But protecting voter intent apparently doesn’t extend to embryonic stem cell research, which voters authorized by an even bigger margin than the gay marriage ban.
In 2012, conservatives will once again seek to impose reporting requirements on university research in the higher education appropriations bill. Snyder said those requirements were unenforceable during the negotiations to form this year's budget; presumably he will say so again.
Note that in both the stem-cell and partner benefit debates, Snyder has couched his position not on whether the Legislature was making the right policy for the state, but only on whether lawmakers have the right to tell university administrators how to run their schools.
So in endorsing the tactics of social conservatives, while attempting to limit their impact on economic assets such as a University of Michigan that competes with Columbia University for talent, Snyder is able to avoid taking sides in the culture war.
We know what side the Republican Party is nationally on this conflict. Every candidate for president this cycle, including Mitt Romney, endorses a federal constitutional ban on gay marriage that would override the laws in states where it’s now legal, New York among them.
According to data compiled by Nate Silver at the New York Times, 67 percent of those who cast votes for Republican congressional candidates in 2010 identified themselves as conservative, 33 percent viewed themselves as moderate or liberal. In 1998 it was 51 percent conservative, 49 percent moderate or liberal.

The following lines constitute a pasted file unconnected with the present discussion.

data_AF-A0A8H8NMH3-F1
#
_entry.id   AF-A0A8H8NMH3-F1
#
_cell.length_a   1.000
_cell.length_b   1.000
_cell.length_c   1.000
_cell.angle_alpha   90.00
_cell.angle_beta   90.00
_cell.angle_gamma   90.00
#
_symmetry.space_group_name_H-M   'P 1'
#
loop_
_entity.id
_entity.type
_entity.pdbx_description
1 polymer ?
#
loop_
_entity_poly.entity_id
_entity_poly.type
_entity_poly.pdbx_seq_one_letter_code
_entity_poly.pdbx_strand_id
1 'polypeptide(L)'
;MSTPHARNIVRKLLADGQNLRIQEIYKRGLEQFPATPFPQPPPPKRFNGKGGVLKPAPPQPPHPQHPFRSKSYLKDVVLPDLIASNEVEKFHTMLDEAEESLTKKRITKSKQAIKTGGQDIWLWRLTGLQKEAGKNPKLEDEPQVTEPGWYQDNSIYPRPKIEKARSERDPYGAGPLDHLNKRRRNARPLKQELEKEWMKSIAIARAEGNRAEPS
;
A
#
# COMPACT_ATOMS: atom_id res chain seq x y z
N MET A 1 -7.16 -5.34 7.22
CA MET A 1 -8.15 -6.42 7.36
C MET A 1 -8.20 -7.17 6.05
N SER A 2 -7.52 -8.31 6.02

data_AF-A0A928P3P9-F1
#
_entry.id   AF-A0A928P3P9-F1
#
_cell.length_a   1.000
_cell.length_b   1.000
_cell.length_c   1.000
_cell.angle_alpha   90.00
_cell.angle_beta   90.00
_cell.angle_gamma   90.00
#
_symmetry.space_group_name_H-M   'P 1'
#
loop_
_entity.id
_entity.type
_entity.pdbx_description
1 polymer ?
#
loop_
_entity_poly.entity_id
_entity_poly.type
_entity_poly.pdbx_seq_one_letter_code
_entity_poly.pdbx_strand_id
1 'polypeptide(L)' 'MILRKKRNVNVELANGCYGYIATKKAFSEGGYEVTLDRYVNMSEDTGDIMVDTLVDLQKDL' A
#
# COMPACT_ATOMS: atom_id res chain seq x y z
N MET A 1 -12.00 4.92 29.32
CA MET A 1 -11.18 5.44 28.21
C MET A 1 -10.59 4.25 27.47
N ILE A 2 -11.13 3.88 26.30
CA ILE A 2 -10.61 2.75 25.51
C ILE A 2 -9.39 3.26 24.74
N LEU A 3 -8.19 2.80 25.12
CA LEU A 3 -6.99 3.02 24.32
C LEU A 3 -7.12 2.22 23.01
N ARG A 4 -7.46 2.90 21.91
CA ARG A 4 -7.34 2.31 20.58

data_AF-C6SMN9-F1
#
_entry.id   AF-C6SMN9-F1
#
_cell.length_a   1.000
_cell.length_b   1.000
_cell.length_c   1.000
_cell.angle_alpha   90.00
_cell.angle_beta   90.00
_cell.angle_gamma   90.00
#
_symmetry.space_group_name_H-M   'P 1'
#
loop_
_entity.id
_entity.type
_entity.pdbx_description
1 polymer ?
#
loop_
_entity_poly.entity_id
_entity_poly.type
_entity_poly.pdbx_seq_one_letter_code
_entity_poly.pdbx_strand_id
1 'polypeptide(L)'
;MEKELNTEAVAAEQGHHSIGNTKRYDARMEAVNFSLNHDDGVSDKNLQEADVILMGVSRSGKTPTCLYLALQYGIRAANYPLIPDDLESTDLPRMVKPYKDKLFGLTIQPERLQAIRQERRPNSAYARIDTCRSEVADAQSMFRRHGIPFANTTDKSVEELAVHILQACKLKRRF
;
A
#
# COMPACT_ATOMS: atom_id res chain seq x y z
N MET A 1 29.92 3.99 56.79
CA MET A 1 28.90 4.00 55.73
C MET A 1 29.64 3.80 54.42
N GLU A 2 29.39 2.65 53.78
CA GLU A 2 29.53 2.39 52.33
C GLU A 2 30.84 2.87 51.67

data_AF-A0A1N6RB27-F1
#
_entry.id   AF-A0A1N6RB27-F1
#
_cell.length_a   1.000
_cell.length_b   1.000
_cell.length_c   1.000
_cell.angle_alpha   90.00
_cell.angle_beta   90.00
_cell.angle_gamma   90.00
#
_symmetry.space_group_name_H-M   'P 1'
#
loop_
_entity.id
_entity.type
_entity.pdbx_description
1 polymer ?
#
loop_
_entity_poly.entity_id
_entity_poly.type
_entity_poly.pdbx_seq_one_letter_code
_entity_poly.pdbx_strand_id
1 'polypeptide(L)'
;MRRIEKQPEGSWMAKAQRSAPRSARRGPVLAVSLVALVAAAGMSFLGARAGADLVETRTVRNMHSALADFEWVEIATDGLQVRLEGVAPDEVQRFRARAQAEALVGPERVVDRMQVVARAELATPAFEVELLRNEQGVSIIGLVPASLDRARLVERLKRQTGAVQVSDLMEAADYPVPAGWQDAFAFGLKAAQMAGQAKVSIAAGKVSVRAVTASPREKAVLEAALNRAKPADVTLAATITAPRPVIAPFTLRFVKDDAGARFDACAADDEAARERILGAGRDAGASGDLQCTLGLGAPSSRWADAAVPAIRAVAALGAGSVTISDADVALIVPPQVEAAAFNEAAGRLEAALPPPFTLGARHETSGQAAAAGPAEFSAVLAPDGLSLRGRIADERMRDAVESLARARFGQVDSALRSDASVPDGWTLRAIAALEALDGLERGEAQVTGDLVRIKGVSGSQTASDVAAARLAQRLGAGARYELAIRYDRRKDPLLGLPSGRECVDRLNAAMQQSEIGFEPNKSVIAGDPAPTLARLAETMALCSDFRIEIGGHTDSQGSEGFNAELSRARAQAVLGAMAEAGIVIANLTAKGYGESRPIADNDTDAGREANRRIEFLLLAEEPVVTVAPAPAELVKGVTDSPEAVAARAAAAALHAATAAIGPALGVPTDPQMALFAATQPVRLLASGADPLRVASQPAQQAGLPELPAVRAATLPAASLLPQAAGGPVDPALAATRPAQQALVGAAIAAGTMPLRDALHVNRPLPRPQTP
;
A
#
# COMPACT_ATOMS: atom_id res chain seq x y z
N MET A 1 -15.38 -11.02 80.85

The numbers are likely the same in Michigan, so however moderate Snyder may or may not be -- or however moderate moderates want him to be -- the Republicans who voted for him were a lot more conservative than those who gave John Engler a third term in 1998.
That’s the political reality. Too bad it appears to have won out over policy.
The disappointment is Snyder booted an opportunity to say that -- short-term or in the long run -- political efforts that signal a class of individuals is unwanted is not only wrong on its face, but terrible 21st century economics.
Detroit is never going to be Chicago, New York or Los Angeles. Its competition is Seattle, a proud industrial city that transformed itself into a global center of technology. It’s one of the places Michigan university graduates head for the day after they get their diplomas.
Two weeks after Snyder signed HB 4770, the governor in Washington state, Democrat Gov. Christine Gregoire, announced legislation to legalize gay marriage.
“We need to ask ourselves, how would it feel, how would it feel to be a child of a gay couple? How can we tell those children that their parents’ love is seen as unequal under Washington law and that their families are different?” she said. “We must tell these children and their families that they’re every bit as equal and important as any other family in Washington state.”
Is Snyder in agreement with that statement? The bill he just signed -- the bill that frames the context for more social issue battles in 20112 -- certainly isn’t.